Wednesday, April 10, 2013

KL- shoppers paradise

Day 15 - Thursday Sept 27.

Today we decided on a shopping day, at Chinatown, Central Market and Plaza GM, three great shopping precincts that we had read up about on tripadvisor. Our apartment owner, Peter had a great booklet with information about how to get around KL and places to go etc and so he had warned us that being westerners, the taxi drivers would try to rip us off and charge iinflated prices because we wouldn't know how much fares should be. 

We found this out today. Peter had told us what the fare should roughly be but the taxi drivers all colluded it seemed like. On the side of their taxis it says, "it is illegal to haggle, metered taxis only" but they all would charge us a huge fare to take us somewhere and so we would say no and move on to the next taxi and he would do the same. For example, it was about 12 MYR to go somewhere if they put the meter on but they would give us an overall price and say, " I take you for 30MYR". If they could get away with it, they will charge the earth hoping the tourists know no better. 

I didn't take many photos at Chinatown because we had heard that it is notorious for pick pocketers who love cameras and although I had a few SD cards that I was rotating, I was horrified to think someone could run off with all our holiday memories that we could never get back.


Simon was in heaven as he loves watches and there were just SO many to choose from.

In the end we found a taxi that would put the meter on and he fitted ALL of us, so 8 of us plus him is 9 people, in an old 1980s 5 door sedan with no air-con. We were racing around KL with no seat-belts all jammed in this taxi and I could do nothing but laugh because I was a little scared. We weren't driving too fast as it was very busy but I really didn't want to crash.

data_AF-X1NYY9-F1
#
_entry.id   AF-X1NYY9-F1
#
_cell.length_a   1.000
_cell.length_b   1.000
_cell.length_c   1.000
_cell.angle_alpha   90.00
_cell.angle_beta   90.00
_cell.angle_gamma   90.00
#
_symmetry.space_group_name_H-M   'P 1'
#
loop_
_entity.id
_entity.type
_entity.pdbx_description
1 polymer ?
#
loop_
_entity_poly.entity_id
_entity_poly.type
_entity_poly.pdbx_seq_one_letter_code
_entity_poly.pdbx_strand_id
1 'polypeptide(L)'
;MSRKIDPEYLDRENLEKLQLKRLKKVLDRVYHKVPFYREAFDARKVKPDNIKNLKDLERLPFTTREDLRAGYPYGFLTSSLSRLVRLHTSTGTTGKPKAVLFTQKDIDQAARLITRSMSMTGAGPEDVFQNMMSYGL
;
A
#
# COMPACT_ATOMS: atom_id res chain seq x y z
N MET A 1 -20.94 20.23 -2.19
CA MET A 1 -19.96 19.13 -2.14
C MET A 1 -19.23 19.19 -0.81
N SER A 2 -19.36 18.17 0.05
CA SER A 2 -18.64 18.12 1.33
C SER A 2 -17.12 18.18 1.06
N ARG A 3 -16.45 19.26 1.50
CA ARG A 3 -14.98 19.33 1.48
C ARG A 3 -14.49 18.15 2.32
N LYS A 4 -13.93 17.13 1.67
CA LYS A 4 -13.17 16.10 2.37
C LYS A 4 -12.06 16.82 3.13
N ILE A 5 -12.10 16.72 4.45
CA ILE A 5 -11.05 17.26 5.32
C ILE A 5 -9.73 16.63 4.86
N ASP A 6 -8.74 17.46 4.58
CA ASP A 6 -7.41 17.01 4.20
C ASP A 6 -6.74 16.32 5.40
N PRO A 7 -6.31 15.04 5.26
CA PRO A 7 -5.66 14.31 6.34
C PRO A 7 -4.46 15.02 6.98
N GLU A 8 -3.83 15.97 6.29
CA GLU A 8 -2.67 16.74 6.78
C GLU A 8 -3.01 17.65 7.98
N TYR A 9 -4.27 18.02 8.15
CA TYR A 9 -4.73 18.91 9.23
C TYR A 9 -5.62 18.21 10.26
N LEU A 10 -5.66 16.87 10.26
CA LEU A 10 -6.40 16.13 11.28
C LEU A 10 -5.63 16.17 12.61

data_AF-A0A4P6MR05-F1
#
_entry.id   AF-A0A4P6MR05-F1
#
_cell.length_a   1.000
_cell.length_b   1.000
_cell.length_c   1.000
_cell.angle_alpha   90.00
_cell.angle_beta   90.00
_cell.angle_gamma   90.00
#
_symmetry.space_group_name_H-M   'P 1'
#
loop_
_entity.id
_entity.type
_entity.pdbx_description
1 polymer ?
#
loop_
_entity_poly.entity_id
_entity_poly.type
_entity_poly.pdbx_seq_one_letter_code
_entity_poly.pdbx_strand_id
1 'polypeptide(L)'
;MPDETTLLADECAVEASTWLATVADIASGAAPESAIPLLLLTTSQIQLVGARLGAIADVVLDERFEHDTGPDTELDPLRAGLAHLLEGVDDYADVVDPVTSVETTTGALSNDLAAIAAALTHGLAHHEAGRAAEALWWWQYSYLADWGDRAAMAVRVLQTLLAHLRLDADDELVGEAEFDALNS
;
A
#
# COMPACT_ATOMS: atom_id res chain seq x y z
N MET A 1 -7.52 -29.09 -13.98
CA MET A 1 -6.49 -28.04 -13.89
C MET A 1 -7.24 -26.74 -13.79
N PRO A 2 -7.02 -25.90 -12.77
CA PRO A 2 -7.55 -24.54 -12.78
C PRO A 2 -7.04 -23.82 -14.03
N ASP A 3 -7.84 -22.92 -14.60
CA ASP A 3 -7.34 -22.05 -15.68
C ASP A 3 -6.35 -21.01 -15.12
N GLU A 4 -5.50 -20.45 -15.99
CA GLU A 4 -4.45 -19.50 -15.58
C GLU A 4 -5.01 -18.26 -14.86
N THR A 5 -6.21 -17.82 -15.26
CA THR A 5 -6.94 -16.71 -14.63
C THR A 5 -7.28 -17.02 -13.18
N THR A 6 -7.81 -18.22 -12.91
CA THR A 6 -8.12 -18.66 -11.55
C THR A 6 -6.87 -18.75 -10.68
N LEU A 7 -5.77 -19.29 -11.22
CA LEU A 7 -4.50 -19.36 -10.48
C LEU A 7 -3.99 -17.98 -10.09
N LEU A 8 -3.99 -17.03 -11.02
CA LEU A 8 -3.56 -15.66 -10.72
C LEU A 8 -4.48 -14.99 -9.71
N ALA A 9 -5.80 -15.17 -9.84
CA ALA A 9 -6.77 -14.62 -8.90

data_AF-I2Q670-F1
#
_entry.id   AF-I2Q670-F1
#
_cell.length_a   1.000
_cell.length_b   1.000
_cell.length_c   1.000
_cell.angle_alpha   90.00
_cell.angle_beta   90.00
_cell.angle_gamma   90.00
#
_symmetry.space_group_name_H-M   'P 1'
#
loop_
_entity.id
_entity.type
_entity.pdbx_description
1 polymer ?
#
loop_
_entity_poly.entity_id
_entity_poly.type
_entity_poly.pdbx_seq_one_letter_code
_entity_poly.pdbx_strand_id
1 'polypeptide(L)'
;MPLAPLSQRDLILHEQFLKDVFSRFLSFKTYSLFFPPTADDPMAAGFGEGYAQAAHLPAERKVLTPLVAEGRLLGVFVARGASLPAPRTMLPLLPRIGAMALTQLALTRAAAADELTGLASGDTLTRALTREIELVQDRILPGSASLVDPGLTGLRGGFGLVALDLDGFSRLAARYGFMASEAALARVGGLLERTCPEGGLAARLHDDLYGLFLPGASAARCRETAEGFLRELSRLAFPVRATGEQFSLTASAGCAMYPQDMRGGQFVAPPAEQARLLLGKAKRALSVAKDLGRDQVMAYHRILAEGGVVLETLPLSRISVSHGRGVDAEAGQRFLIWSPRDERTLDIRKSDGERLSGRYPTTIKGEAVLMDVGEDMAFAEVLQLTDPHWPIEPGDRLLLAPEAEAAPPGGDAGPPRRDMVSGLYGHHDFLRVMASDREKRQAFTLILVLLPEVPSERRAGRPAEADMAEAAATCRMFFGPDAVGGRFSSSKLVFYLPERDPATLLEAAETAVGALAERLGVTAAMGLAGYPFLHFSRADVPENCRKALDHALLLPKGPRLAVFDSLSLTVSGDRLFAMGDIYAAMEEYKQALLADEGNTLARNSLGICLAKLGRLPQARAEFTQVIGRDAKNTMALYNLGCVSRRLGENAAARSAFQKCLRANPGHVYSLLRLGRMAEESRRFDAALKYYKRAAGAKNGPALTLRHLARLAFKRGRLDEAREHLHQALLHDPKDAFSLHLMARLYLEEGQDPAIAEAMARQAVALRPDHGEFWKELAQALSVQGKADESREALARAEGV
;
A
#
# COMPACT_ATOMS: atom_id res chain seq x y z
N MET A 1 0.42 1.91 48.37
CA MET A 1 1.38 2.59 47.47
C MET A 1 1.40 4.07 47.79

The taxi dropped us off at Plaza GM but then he did a strange thing after we all piled out. He came up to Simon and draped his arm around his shoulder and told him that the area was an area known for kidnapping children and he advised us not to stay in the area. We thought it was strange because we knew Peter would not have it in his info booklet if it was dangerous, nothing was said on any of the sites we looked at before we came and it was still in the city not too far from Chinatown. If it was that bad, surely he would have said something while we were in the car and offered to drop us somewhere else.We thought maybe putting his arm around Simon, he was going for the old pick pocket feel but just incase, it unnerved us and we all decided to get out of there.

My worst fear was that, one of the kids being so fair and looking like neon lights, would be too tempting for some kidnapping ring. Flynn was always on our backs but the others were always walking with us and even though they never ran off, in a busy city it was always in the back of my mind, that someone could get snatched.

In Korea, I felt really safe, more so than back home, but here in KL, I felt strangely paranoid. The difference between the two countries was like chalk and cheese. In Korea there was no graffiti, no "bogans", no swearing, people respected their elders and stallholders could leave things out and nothing would get stolen, everyone was honest and polite. On one day it was pouring with rain while we were standing at the lights ready to cross and one man put his umbrella over Mum and then once we crossed the street, told Mum to keep his umbrella. Apparently it has one of the lowest crime rates in the world.

In KL, however, I felt like instead of being stared at out of curiosity, we were being sized up to see how we could be taken advantage of. My paranoia was proved right a few days later when we were pickpocketed but that is a few posts down the track. KL was dirty and the infrastructure was very dodgy, footpaths were cracked and broken and non-existent alot and I found some of the people rude and belligerent, especially some food shop assistants who would get annoyed by our lack of understanding of things.